It’s no secret: the government shutdown is now in its 10th day. And we know these shutdowns are anything but rare—this is the 18th shutdown since 1976, when a revised budgeting process was implemented.
Eighteen shutdowns in 37 years—that’s an average of one shutdown every two years. Of course, not all shutdowns are created equal—some last much longer than others.
As you can see here, most shutdowns have lasted five days or less:
The 2013 shutdown is included here as well, at 10 days.
By visualizing this data on a scatterplot, we can run a trendline to show us the general pattern between length of shutdowns and their frequency:
The red squares indicate the true shutdown data. The blue line is the average trend—how often we should see shutdowns lasting various lengths.
We can learn a lot from this chart. In a 37-year period like the one we have experienced, we should expect to see:
• Three shutdowns of 2 days length, or once every 12 years.
• Two shutdowns of 4 days length, or once every 18 years.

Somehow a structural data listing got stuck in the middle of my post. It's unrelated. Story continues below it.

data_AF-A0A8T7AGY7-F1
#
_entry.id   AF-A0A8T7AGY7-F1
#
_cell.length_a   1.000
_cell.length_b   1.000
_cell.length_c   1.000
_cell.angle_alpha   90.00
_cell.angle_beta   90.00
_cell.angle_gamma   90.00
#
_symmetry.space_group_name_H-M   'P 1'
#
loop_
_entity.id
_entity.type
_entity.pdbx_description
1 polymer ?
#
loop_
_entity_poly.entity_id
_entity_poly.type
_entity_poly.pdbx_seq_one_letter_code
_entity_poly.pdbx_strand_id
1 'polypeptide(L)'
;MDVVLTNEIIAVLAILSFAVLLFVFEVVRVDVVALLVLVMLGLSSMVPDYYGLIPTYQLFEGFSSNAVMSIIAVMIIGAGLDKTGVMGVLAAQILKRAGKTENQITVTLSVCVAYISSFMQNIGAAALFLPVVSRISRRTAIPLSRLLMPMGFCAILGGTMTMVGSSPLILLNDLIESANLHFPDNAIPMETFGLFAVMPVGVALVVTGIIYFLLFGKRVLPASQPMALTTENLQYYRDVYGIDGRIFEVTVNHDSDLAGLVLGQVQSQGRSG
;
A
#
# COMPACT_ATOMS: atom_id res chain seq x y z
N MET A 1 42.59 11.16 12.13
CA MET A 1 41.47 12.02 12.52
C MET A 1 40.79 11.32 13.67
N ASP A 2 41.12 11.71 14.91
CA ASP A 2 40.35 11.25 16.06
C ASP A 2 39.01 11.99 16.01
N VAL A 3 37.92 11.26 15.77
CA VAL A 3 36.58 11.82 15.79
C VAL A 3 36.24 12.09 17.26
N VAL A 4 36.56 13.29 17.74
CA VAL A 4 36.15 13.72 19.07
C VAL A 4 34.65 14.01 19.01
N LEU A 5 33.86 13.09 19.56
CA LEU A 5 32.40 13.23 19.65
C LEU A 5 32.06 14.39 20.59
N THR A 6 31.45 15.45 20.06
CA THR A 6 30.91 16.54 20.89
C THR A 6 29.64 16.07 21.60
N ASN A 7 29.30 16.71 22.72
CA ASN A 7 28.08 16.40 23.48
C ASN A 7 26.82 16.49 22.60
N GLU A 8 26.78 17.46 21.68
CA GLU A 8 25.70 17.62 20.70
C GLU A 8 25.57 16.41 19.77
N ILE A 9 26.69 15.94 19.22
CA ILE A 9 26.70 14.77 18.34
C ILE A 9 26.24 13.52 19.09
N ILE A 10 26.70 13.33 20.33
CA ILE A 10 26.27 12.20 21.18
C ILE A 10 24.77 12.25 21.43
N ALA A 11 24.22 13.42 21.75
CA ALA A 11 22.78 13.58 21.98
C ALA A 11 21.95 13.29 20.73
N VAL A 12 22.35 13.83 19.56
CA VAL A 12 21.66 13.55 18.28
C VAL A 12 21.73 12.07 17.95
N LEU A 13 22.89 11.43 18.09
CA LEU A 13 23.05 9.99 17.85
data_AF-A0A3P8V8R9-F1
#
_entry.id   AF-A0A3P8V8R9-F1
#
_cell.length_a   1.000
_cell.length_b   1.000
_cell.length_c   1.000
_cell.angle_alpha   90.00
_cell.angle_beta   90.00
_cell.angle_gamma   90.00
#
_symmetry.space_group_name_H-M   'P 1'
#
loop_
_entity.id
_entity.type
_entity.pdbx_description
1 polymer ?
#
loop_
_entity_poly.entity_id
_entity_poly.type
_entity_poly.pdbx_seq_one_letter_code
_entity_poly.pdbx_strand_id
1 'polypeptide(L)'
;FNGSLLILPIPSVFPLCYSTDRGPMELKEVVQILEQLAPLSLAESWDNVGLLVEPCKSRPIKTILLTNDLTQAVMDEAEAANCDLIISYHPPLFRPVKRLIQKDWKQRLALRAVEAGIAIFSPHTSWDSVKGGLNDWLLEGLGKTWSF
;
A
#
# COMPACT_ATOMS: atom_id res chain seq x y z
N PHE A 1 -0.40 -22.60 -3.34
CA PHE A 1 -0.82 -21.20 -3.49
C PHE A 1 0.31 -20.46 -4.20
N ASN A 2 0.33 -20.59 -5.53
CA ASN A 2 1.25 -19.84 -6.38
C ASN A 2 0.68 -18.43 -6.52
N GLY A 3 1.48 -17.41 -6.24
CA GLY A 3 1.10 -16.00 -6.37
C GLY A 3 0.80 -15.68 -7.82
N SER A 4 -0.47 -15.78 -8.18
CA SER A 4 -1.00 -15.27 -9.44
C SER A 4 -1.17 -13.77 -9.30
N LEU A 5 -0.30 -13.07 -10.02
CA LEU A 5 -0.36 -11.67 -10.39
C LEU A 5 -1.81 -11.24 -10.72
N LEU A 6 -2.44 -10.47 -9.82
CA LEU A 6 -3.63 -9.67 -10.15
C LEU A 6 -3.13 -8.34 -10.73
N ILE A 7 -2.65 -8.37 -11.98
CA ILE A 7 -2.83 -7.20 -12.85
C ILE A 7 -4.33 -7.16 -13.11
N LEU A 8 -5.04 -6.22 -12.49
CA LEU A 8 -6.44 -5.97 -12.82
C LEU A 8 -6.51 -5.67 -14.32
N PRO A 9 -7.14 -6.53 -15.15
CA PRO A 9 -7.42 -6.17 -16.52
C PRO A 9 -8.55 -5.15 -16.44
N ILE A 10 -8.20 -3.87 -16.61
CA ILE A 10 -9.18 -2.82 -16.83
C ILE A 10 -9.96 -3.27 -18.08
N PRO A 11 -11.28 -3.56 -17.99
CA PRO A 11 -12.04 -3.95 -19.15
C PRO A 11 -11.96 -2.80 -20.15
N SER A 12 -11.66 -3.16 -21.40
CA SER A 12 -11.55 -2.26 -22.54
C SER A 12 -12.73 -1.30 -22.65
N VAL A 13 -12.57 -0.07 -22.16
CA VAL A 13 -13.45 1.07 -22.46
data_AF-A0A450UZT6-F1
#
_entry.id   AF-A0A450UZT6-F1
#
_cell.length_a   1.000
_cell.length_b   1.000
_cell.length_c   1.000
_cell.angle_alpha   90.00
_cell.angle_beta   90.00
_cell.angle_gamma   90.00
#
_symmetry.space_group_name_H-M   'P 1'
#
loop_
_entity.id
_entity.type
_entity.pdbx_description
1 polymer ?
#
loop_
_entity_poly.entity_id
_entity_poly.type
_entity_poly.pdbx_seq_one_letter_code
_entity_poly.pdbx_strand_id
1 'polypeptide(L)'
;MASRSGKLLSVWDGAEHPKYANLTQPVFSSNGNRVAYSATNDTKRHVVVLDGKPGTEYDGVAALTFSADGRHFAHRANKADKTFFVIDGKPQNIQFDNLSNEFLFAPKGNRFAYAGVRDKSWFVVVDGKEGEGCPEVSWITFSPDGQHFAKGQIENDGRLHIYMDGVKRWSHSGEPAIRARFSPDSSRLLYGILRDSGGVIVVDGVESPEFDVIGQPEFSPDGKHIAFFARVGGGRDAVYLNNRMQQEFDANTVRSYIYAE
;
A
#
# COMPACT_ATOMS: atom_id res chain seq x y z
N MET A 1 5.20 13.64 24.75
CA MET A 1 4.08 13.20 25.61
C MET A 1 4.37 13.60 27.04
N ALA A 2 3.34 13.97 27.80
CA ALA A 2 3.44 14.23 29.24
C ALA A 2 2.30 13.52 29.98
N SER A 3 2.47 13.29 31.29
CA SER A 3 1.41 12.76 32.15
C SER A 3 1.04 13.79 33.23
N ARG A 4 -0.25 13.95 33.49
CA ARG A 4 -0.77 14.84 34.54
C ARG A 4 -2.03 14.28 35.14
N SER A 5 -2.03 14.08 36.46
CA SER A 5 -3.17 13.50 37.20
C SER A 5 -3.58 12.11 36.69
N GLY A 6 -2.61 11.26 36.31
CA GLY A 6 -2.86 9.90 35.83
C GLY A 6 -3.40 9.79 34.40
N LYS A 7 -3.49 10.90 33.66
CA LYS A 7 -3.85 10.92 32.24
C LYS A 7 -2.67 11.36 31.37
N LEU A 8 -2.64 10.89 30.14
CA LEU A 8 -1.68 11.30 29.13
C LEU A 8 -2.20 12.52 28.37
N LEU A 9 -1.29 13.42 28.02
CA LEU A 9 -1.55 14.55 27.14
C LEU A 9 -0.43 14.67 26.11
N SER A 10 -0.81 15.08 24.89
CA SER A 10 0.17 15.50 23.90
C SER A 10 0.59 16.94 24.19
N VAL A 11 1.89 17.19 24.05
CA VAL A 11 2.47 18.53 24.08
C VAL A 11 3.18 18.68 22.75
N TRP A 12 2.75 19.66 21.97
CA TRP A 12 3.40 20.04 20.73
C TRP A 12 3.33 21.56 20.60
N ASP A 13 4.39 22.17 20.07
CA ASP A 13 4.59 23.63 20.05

• One shutdown of 20 days length, or once every 37 years.
By extending the line further out, we can extrapolate the chances of record-length shutdowns in the future:
• A 40-day shutdown should happen 0.7 times every 37 years—or more plainly, once every 53 years.
• A 64-day shutdown should happen 0.6 times every 37 years, or once every 62 years.
With such a small sample size, these projections are not expected to be precisely accurate but are more indicative of general trends reflected in the data. Don’t be surprised if one day in our lifetimes, we do see a shutdown that lasts two full months. The numbers say it might just happen.